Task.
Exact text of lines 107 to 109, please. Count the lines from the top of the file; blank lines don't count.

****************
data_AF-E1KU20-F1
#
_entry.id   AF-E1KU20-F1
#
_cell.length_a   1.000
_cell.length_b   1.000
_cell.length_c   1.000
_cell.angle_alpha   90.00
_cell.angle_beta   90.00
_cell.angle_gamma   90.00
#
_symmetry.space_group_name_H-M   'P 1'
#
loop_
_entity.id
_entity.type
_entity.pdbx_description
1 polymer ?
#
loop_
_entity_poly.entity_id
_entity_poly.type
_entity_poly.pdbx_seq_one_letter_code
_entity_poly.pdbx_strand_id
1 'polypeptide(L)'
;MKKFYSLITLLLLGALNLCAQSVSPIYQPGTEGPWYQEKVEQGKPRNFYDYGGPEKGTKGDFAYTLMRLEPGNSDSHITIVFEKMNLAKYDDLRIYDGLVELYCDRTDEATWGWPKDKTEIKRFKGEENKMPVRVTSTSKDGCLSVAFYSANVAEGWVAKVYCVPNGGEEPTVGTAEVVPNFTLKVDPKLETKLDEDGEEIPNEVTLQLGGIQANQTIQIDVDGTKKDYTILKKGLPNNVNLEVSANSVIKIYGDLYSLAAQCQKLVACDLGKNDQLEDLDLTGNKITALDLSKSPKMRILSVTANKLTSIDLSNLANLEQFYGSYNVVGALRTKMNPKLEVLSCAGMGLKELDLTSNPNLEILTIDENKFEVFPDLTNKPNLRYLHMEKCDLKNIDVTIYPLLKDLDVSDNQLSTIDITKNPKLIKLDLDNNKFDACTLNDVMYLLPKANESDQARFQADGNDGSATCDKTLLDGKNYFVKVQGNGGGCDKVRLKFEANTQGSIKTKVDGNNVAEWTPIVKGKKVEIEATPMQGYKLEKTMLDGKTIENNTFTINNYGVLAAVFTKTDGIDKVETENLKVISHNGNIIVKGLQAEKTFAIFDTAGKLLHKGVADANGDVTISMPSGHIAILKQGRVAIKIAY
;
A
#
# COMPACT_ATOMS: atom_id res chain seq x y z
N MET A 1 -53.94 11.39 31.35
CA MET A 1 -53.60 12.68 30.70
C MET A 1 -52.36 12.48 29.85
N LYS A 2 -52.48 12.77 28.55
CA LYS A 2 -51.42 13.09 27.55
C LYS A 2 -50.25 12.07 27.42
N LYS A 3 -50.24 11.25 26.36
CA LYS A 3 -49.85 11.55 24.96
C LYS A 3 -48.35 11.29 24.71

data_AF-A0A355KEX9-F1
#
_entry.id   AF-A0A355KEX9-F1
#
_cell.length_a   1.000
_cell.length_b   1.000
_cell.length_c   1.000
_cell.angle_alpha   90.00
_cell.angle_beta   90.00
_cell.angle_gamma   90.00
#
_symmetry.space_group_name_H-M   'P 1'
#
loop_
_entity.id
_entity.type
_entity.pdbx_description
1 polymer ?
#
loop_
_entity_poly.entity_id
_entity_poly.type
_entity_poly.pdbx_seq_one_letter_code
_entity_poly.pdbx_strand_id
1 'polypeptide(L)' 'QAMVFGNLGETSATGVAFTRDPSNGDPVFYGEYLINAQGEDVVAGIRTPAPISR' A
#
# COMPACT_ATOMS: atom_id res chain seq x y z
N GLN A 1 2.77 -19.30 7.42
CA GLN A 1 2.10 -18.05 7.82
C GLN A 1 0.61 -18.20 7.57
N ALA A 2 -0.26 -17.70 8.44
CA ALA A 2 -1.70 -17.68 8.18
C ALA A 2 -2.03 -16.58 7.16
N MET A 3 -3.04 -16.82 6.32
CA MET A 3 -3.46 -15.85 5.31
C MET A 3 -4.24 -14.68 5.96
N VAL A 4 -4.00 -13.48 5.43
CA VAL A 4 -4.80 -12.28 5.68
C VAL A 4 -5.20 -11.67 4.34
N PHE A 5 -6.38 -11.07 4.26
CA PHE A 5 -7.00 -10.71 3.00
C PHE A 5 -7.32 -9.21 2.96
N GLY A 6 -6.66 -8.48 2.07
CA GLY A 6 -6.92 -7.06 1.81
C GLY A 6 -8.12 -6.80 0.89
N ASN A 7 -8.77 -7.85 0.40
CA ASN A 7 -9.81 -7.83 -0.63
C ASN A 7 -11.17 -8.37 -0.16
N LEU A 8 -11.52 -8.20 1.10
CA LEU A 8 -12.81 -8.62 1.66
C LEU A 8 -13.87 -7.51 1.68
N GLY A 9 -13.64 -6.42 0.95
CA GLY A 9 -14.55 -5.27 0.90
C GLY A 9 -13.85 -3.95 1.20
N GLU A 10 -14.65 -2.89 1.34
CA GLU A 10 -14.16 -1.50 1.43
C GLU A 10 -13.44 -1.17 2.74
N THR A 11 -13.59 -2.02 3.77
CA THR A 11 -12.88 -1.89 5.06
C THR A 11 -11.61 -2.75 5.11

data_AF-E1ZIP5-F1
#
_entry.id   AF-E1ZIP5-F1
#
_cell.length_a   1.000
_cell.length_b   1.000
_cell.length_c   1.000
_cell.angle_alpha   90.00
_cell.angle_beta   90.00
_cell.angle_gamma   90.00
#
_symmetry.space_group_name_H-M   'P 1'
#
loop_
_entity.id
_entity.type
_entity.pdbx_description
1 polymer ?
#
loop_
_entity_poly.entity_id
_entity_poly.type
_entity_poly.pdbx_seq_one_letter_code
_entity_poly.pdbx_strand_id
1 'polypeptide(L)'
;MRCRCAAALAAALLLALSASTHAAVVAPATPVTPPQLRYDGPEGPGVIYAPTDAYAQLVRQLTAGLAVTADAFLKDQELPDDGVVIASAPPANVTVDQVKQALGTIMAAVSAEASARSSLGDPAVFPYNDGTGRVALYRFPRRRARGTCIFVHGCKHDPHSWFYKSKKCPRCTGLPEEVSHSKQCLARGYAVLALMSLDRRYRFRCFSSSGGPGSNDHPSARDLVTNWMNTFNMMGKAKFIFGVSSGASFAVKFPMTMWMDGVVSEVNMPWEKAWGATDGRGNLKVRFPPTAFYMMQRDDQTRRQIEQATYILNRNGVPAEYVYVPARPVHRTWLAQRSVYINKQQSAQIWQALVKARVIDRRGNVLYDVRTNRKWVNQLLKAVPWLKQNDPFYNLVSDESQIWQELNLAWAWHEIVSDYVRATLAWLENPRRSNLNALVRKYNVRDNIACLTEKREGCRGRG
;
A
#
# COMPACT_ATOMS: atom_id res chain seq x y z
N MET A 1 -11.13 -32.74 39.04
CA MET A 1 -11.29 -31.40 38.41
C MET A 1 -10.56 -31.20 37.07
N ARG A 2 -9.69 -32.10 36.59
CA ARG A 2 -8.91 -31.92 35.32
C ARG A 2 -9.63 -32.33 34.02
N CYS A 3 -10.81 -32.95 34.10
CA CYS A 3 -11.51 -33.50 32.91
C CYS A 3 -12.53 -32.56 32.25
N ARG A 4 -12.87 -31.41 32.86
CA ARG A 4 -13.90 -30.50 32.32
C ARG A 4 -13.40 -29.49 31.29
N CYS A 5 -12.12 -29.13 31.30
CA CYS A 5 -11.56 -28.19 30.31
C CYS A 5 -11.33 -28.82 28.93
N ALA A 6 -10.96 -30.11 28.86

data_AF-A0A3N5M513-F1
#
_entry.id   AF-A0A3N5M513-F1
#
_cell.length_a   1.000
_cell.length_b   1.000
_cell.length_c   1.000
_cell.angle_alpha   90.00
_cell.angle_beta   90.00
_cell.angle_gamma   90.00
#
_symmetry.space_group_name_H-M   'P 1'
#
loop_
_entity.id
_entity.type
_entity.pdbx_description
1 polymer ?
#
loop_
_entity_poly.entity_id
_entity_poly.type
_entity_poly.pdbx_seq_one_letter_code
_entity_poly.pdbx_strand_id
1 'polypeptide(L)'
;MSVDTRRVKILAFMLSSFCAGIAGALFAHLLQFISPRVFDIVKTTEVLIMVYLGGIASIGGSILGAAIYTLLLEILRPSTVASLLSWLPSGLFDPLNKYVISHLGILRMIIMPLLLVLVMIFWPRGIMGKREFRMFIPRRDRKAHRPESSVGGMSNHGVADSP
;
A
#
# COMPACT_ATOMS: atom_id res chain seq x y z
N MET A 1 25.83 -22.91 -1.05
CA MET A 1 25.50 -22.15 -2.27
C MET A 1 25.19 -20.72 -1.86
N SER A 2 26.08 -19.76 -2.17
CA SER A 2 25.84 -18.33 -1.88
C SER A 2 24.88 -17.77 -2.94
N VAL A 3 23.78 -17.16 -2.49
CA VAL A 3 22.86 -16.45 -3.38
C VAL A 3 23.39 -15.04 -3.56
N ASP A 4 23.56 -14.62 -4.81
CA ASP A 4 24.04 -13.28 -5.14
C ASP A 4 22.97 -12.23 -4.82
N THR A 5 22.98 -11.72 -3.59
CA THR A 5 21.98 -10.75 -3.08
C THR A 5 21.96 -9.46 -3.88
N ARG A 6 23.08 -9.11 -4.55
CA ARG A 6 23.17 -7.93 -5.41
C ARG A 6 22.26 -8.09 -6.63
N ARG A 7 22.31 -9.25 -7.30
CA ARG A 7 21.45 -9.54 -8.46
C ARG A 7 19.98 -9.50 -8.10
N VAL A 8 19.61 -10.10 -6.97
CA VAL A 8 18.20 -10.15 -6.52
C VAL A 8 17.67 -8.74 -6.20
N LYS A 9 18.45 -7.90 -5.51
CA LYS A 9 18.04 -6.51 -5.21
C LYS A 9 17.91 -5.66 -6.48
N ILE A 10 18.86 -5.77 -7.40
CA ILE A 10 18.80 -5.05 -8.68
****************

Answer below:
_cell.angle_alpha   90.00
_cell.angle_beta   90.00
_cell.angle_gamma   90.00